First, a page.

I have a confession, I used to think yoga was for pansies. I have always considered myself an athlete: softball in high school, cheerleading in college, running, powerlifting, and even competing nationally in physique. My first experiences in yoga were badly disguised in the form of DVDs and group exercise in non-yoga focused facilities. They were just as disappointing as biting into an oatmeal raisin cookie that you thought was chocolate chip: IT TASTED AWFUL. However, my first class in a genuine studio was life changing. In the middle of class, the teacher gave us a water break. I tried to keep my composure as I flopped down on my mat, trying not to gasp for air like Nemo in the dentist’s bowl. I shakily sipped my water, and as I watched in amazement while the sweat beaded up and rolled off of my shins, it hit me. There were unmistakeable similarities that yoga has with being an athlete, and maybe you can make the connection too.
1) You like being physically and mentally challenged.
Yoga requires a ton of muscular strength to safely encourage flexibility to protect joints and ligaments. It also requires intense focus and patience to execute postures safely with correct technique. Not too unlike using proper technique to hit a ball or swing a racket to safely protect the shoulder during sports. Can you say home run?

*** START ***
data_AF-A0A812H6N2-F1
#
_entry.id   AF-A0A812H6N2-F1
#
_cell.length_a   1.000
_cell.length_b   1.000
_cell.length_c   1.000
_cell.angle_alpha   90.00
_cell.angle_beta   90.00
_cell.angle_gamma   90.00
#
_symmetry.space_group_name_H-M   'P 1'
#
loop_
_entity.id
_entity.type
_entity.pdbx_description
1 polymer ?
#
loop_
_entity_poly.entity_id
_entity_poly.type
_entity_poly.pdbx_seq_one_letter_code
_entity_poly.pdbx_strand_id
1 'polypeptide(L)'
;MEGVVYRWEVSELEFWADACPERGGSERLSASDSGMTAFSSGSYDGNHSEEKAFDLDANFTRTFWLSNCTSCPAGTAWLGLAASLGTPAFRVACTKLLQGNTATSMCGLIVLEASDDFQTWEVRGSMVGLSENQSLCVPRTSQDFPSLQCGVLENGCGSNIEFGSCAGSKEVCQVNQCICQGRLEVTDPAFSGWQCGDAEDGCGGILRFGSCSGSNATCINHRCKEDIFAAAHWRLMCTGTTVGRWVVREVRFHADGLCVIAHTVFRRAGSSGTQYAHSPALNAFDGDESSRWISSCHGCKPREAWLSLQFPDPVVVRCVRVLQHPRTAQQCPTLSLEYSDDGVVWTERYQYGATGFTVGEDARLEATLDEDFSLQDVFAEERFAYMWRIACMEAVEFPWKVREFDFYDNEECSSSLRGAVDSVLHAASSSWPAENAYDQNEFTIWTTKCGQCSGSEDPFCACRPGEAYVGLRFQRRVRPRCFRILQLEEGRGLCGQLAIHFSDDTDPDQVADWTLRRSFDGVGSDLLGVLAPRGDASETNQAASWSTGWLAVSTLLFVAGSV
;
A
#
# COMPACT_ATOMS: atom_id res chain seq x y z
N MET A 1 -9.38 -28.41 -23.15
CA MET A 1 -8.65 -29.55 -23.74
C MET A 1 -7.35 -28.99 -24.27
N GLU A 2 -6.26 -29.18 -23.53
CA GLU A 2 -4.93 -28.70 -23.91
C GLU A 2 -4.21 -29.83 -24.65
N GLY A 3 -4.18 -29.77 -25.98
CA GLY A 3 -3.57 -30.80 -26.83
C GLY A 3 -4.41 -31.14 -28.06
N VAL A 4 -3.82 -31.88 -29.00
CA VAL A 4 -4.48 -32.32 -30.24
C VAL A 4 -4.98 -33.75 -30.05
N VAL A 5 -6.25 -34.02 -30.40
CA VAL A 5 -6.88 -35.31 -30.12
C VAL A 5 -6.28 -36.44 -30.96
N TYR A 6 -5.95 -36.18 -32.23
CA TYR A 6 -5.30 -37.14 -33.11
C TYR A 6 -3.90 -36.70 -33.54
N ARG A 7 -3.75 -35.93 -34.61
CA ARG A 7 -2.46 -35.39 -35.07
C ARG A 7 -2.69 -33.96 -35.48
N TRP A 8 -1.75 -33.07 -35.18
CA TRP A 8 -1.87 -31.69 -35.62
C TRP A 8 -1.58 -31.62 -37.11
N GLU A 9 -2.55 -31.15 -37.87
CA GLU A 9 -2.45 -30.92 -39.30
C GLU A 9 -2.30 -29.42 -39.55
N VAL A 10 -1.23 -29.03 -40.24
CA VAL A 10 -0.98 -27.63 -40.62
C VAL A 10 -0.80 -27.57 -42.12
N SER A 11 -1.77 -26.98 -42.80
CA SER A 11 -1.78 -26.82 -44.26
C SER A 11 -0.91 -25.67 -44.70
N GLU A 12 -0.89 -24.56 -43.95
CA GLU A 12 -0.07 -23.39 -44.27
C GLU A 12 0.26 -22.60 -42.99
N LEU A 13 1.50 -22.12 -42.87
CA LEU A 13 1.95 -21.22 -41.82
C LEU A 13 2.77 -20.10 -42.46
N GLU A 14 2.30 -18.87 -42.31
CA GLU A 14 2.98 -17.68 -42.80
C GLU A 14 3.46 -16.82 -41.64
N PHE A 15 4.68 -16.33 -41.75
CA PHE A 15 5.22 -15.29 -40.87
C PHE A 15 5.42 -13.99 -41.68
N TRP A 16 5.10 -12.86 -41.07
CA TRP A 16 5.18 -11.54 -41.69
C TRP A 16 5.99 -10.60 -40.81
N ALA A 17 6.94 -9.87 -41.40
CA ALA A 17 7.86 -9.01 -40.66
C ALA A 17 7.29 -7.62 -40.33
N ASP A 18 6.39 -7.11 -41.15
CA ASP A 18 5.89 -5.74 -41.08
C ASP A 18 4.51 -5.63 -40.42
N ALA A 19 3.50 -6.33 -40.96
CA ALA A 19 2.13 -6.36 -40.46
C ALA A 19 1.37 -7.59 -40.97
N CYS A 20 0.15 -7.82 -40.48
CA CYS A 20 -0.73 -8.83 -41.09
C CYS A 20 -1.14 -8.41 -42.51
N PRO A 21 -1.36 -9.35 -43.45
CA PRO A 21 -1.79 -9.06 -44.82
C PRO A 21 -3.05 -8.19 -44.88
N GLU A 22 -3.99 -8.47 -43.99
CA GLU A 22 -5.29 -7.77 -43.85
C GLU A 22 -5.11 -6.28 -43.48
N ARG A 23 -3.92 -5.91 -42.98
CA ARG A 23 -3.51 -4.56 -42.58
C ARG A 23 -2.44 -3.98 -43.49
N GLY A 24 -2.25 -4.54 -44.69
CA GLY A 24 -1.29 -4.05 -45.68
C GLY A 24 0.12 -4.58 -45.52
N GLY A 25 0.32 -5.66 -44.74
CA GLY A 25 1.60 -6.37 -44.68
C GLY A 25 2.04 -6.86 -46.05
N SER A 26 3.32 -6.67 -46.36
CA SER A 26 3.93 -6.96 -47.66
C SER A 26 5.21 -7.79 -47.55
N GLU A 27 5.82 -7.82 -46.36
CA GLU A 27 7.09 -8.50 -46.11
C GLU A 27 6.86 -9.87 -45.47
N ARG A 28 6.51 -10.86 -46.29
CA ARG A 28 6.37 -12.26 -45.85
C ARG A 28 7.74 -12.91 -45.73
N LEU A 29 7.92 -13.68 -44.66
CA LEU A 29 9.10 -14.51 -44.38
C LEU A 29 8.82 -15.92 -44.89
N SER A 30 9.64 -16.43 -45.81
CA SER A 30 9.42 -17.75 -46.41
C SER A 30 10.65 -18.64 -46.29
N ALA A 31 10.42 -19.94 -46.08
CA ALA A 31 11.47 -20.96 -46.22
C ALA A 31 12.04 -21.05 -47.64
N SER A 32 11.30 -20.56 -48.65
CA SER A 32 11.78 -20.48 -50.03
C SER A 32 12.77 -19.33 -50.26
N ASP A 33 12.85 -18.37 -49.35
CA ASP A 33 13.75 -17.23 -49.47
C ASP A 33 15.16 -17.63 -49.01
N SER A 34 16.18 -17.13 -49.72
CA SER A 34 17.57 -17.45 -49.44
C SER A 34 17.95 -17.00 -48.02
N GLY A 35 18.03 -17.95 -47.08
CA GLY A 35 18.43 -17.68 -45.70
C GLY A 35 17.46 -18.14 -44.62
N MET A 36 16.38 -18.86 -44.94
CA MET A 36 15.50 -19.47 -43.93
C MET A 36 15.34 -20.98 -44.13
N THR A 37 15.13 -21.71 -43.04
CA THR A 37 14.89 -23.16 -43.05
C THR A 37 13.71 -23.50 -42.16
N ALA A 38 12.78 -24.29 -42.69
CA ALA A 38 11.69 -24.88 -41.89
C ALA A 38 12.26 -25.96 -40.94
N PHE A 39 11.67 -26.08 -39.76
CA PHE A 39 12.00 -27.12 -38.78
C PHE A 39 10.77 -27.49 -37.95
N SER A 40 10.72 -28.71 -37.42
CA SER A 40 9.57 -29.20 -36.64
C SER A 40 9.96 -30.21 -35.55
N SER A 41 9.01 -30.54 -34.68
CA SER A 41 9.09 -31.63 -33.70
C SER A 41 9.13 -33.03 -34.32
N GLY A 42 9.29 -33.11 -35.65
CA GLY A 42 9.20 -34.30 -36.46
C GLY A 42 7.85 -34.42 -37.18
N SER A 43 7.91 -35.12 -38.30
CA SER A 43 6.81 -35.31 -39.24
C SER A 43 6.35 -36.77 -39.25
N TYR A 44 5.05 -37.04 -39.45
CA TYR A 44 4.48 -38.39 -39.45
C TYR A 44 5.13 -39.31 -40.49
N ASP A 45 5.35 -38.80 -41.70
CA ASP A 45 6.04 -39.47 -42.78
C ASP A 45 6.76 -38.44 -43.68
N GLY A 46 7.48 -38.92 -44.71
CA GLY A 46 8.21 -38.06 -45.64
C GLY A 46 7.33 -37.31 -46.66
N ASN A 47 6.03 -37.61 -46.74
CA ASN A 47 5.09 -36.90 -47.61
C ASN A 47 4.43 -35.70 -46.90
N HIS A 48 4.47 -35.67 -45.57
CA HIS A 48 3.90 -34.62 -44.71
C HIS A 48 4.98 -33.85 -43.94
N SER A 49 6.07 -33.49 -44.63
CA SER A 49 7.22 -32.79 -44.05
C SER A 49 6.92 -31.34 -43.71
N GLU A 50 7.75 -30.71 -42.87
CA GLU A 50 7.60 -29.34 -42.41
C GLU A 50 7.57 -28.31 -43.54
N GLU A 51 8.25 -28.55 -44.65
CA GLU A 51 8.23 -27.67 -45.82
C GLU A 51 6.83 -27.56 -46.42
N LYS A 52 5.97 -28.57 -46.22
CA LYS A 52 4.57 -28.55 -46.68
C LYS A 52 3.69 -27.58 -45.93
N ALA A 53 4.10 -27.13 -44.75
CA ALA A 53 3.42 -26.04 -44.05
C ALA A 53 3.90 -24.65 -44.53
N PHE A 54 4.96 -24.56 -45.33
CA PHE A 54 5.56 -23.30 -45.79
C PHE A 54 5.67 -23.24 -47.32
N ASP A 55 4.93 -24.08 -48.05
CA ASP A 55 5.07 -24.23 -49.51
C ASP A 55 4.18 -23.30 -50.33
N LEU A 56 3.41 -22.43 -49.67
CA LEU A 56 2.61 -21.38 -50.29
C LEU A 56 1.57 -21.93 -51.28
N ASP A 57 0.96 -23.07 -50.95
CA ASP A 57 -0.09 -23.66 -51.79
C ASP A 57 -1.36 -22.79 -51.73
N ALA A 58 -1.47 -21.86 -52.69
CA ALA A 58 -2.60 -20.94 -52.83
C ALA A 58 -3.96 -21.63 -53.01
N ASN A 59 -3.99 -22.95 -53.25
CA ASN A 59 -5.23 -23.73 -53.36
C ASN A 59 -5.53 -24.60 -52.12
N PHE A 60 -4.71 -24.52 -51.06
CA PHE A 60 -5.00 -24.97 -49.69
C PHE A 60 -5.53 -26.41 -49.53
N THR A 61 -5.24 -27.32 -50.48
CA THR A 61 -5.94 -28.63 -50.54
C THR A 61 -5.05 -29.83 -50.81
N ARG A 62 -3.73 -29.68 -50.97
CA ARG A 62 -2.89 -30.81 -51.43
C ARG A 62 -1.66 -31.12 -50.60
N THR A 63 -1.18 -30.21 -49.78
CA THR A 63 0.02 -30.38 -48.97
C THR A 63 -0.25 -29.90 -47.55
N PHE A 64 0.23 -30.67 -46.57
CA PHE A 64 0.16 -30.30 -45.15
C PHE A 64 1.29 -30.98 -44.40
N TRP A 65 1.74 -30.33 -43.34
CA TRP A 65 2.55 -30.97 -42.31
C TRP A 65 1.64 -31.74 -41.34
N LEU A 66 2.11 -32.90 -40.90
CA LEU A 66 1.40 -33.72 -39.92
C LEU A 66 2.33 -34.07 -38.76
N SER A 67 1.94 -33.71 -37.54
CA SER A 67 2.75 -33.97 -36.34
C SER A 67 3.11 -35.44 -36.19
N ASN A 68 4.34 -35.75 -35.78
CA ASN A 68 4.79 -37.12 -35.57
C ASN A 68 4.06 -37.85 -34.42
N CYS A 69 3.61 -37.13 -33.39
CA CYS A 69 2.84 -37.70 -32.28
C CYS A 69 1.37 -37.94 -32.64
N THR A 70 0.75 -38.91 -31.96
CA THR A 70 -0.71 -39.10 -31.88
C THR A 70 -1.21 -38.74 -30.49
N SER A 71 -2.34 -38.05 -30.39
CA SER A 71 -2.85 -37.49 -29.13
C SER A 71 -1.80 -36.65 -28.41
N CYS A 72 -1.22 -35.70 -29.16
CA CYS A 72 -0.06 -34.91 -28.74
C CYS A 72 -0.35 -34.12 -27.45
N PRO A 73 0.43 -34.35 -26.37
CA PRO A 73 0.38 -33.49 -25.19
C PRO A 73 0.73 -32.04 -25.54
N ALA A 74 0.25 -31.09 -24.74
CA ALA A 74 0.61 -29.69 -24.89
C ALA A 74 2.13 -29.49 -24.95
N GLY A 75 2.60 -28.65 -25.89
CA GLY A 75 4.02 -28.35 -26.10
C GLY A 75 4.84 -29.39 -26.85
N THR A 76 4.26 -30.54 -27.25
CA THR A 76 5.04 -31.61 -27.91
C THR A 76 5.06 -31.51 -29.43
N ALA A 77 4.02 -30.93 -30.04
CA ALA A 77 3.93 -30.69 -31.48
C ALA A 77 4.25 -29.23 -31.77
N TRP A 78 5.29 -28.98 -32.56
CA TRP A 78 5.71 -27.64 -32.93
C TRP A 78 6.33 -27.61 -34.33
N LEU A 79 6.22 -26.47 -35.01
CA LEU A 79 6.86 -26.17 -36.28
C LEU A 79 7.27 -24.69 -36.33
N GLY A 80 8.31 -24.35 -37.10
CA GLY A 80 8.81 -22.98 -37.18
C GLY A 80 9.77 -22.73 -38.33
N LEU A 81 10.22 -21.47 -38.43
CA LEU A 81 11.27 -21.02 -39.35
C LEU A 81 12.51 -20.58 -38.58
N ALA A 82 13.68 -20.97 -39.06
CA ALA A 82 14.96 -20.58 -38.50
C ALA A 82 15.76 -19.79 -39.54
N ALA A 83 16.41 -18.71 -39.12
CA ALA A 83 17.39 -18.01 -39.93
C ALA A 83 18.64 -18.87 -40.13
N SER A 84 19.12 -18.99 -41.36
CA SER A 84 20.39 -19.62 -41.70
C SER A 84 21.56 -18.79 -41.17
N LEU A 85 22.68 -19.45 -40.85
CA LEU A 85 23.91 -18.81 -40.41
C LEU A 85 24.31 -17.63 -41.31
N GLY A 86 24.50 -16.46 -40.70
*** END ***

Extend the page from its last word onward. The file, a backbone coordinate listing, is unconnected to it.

2) You enjoy a purposeful fitness practice.
One of the things I miss most about participating in sports was the physical act of working towards a goal, such as giving your all to score against a rival team. Yoga is full of intention and purpose to execute poses that require technical savvy, but it’s all devoted to making you feel better physically, mentally, and emotionally. Score!
3) You want to feel your body’s potential.
Yoga develops a body awareness unlike any other fitness form. The audible breath used in yoga helps to bring a consciousness to relax tight muscles or bring your body to it’s edge in a peak pose. The measurement of success in both is directly related to an even and controlled breathing pattern in a yoga class. If you’ve ever made a high pressure score, or ran a long distance race, you can definitely relate to the importance of breath. (Try not to gasp when the realization hits you).
In short, yoga is not for pansies, but for people who want more from themselves in any aspect. If you connected with any of these points, or if you’re a super strong yogi who practices yoga daily, or you’re an active person who want to dabble in yoga to make yourself better, then you are a yogathlete!
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